Deer

Last Year’s Deer

A popular night of killing animals is cut short by an unsightly blemish.

It was cold that afternoon when Grandpa and I made our way past Townline Creek over that narrow homemade bridge he built. It was still his land way out back there. I don’t know how far it was from the house, but it seemed like miles. Of course, I was a kid so everything seemed like miles.

The little shack was only about six feet wide at the biggest. Room for a chair, a stove, and a twin-size bed. Grandpa had some old yellow newspaper comics in there, but I got tired of reading those pretty fast.

I watched him build a fire and waited as the shack got warm. Grandpa took off his coat and loaded his rifle.

He opened up the latch on the window facing across the creek where a pile of apples lie rotting.

You never knew what as gonna be there. Could be deer, black bear, grouse. I had my small compound bow along with me, but there wasn’t any sense in it. I only had practice arrows. If I wanted to shoot anything I was gonna have to use Grandpa’s thirty-ought six.

It was the first day of rifle season so he wanted a buck.

Where I come from people take hunting season seriously. It’s like a national holiday or something. Most people wouldn’t want a kid along either unless they already got their buck for the year.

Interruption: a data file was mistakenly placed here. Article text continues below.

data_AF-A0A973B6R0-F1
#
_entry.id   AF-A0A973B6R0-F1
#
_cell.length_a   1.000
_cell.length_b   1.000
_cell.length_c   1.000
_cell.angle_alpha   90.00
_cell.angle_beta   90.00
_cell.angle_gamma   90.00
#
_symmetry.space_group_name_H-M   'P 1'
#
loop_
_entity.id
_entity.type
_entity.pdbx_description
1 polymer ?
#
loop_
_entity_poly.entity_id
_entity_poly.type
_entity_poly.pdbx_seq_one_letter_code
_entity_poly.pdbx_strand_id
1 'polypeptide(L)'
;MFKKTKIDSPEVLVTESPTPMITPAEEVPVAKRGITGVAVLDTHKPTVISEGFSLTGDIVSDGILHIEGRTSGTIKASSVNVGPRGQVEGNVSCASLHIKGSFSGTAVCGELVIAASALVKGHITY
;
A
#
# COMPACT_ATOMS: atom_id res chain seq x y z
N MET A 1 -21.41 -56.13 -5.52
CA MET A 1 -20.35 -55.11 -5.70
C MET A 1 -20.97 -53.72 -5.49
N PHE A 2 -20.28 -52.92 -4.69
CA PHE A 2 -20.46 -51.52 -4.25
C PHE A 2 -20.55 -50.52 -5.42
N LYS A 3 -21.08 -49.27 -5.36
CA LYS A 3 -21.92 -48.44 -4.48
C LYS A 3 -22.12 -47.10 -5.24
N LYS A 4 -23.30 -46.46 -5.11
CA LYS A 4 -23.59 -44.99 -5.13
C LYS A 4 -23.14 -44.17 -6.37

Grandpa was in his eighties. Maybe he figured he shot enough deer.

LastYearsDeer

We waited as the sky got dark.

I had a weird mole on my neck that I started picking at. It was ugly. Every time I looked in the mirror I had to see it and it was driving me nuts.

I scraped my fingernail hard across it, felt a gush of something warm in my hand.

Putting my fingers up to the light by the stove, I could see the darkness running down past my wrist into the cuff of my jacket.

My shirt underneath was getting wet.

“Grandpa, I think I’m bleeding.”

He set the gun in the corner and picked up a flashlight.

Nodding gravely, he began packing up our things.

I could feel my jacket getting wetter and wetter with blood. I started to panic. Maybe I clawed down to an artery or something and I was gonna die right there in the woods. My throat made some kind of sound. Like a deer gurgling and choking on its own death.

“Go on, run ahead to the house,” said Grandpa, moving slowly.

I ran, hard.

Back over the bridge, through the wet grass of the field. The coyotes were starting to yip. I could hear a pack of ’em far off to my right and I ran faster. I imagined them smelling my blood and signaling one another to come and get me. One coyote wasn’t anything, but a whole pack of ’em could take me down easy.

I knew there were wolves out there too, bob cats, cougars, and I was sitting there bleeding away like a dumbass.

I cursed my stupidity, looking behind every now and again to see if Grandpa had caught up with me.

He hadn’t.

I finally caught sight of the smoke from Grandma’s chimney. The scent of frying meat hit my nostrils and I ran faster,¬†breath coming in bursts of white steam in the cold night air.

I just about tore the door off its hinges.

Grandma jumped, her eyes wide at my bloody coat, face, hands.

“Are you shot?” she croaked.

I shook my head and peeled the sticky layers off me, feeling the hard crusted scab that had started to form on my neck.

“I think it was a blood mole,” I sniffed, snorting up a stream of snot that was running down my upper lip. “I picked at it too much.”

She nodded and handed me a plate of venison. Last year’s deer.

Advertisements